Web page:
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Harry Edward de Robillard Wetherall
Born 1889
Died 1979 (aged 89–90) (aged 89 or 90)
Allegiance United Kingdom United Kingdom
Service/branch Flag of the British Army.svg British Army
Rank Lieutenant-General
Commands held 4th Bn Oxfordshire and Buckinghamshire Light Infantry
1st Battalion, York and Lancaster Regiment
19th Brigade
11th African Division
East Africa Force
Ceylon
Battles/wars World War I
World War II
Awards Knight Commander of the Order of the British Empire
Companion of the Order of the Bath
Distinguished Service Order
Military Cross

Lieutenant General Sir Harry Edward de Robillard Wetherall KBE CB DSO MC (1889–1979) was an officer in the British Army during World War I and World War II.

Military career[edit | edit source]

Wetherall was commissioned into the Gloucestershire Regiment in 1909.[1]

He served in World War I in France and Belgium becoming Commanding Officer of 4th Bn Oxfordshire and Buckinghamshire Light Infantry in 1917.[1] In March 1918 he was seriously wounded by a piece of shell in his neck.[2]

After the War he became a Lieutenant Colonel in the Machine Gun Corps and then a General Staff Officer for Weapon Training in Scottish Command in 1930.[1] He was appointed Commanding Officer of 1st Battalion, York and Lancaster Regiment in 1936 and then Commander of 19th Brigade in 1938.[1]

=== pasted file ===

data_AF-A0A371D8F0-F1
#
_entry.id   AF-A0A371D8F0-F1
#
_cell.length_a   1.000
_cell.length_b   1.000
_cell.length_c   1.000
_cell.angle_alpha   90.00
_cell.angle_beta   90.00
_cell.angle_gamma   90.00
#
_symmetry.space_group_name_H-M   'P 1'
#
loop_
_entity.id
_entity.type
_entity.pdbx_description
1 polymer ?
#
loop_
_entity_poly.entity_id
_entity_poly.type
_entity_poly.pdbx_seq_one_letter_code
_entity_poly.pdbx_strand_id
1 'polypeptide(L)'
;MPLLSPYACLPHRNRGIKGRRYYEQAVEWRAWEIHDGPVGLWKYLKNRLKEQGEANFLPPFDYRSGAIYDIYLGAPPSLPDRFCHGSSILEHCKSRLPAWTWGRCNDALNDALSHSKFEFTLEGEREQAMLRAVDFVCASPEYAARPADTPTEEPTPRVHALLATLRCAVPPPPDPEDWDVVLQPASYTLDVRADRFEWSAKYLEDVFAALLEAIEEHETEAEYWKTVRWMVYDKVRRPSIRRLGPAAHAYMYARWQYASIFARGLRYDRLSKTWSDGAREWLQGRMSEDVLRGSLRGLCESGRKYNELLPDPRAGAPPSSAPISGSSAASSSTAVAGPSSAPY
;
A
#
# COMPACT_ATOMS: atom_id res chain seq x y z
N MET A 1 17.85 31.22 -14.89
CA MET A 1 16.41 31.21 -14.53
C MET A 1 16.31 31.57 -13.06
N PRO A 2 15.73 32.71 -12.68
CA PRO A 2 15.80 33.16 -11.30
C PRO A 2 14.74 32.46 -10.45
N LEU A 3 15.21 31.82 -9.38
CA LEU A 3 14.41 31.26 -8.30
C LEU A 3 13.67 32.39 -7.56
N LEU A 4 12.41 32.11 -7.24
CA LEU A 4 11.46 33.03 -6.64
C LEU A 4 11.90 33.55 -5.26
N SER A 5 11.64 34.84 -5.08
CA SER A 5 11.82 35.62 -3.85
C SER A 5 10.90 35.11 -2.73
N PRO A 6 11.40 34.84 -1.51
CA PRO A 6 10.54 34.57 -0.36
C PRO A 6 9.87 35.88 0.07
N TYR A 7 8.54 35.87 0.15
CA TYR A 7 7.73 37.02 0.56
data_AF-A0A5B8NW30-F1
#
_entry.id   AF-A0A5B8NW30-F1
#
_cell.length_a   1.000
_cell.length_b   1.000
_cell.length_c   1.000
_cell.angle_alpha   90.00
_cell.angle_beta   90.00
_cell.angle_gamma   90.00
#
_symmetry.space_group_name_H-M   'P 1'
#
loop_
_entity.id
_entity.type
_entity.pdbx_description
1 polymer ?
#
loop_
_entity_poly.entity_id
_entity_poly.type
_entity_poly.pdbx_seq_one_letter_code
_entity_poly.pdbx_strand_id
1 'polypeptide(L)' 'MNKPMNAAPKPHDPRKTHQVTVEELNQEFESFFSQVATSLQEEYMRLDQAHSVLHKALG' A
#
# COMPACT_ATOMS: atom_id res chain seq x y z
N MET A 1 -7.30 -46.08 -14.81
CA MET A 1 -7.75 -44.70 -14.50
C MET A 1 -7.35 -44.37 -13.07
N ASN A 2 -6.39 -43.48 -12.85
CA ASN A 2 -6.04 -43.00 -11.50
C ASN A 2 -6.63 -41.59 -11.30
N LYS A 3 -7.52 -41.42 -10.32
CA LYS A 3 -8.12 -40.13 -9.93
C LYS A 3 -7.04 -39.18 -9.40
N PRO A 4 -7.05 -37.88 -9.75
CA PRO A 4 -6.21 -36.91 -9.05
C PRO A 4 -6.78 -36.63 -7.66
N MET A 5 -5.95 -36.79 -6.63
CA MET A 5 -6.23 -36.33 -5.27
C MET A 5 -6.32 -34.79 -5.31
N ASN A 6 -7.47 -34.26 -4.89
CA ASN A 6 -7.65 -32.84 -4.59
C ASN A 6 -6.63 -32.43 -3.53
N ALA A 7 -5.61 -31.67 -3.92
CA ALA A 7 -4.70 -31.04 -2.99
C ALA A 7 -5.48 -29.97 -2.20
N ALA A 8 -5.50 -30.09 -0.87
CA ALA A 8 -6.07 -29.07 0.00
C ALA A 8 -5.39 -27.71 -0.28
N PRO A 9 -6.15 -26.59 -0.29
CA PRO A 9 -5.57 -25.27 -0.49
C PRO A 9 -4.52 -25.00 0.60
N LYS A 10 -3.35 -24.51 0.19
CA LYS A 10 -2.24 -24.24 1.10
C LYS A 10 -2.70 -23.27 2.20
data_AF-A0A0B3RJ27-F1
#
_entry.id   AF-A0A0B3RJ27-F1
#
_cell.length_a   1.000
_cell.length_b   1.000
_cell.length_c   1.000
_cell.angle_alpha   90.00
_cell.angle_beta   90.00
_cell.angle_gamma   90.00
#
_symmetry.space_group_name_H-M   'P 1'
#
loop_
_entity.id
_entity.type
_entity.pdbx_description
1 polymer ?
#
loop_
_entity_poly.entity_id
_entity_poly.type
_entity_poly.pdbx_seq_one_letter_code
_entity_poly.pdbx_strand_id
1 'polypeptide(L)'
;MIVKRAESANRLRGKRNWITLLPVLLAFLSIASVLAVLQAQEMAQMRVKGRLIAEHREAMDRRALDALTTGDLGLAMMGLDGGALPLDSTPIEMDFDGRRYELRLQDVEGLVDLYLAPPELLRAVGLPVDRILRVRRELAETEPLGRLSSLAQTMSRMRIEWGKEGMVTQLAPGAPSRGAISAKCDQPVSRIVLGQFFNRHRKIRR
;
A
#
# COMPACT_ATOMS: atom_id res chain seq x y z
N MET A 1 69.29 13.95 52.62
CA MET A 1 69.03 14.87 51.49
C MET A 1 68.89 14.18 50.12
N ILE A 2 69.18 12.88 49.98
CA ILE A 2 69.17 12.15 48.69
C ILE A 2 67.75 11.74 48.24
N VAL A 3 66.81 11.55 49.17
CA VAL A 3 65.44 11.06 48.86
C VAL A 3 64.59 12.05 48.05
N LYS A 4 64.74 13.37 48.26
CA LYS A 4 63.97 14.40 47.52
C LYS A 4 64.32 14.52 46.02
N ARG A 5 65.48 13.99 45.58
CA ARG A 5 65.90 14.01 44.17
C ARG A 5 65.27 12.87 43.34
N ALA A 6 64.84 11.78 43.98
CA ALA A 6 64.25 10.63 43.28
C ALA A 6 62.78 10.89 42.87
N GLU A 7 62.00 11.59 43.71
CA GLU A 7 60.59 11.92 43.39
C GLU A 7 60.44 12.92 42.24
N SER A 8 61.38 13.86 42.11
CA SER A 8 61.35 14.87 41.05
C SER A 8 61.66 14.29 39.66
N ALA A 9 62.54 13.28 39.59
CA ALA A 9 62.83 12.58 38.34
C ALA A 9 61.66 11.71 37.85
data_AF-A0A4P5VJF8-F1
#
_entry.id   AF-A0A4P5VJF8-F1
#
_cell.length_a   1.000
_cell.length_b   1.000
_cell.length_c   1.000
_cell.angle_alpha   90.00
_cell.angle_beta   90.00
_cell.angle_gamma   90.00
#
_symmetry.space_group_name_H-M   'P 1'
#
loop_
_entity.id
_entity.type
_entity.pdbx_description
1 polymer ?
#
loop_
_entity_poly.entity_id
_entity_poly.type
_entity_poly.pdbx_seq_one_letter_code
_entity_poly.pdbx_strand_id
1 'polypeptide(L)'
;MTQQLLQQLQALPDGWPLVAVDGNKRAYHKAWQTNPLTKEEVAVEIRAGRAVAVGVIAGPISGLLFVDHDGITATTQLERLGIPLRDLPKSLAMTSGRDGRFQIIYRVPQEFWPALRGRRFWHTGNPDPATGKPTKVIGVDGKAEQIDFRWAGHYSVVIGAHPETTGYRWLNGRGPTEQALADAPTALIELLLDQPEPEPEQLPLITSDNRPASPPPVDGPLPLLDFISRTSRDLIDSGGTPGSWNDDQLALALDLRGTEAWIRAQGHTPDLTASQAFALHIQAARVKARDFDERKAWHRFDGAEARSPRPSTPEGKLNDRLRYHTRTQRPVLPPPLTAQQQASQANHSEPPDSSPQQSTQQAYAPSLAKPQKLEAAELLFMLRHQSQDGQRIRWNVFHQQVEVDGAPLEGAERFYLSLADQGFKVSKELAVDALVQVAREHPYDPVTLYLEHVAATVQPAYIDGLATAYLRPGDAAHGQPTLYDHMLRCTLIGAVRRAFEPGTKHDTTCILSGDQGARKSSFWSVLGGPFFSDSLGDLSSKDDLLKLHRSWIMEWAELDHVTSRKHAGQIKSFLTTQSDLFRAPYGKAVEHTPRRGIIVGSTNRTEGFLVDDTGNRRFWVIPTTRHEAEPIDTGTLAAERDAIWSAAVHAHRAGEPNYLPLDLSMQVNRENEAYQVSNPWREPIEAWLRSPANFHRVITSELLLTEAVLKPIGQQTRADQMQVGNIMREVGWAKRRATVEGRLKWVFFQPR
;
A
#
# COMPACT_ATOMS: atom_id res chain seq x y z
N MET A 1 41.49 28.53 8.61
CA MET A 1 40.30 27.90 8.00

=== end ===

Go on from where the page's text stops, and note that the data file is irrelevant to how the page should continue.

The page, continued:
He served in World War II as General Officer Commanding 11th African Division in Abyssinia in 1941:[1] he was part of the "Southern Front" for this campaign and commanded the Division during the advance from Kenya, through Italian Somaliland, and into Ethiopia. In late 1941, with the campaign all but over, the 11th African Division was disbanded and he became General Officer Commanding the East Africa Force.[1] He was then appointed General Officer Commanding, Ceylon in 1943.[1]

After the War he became Commander-in-Chief, Ceylon at a time when the Sri Lankan independence struggle was ongoing; he retired in 1946.[1]

References[edit | edit source]

Military offices
Preceded by
Sir Alan Cunningham
GOC East Africa Force
August 1941–December 1941
Succeeded by
Sir William Platt
(As GOC East Africa Command)

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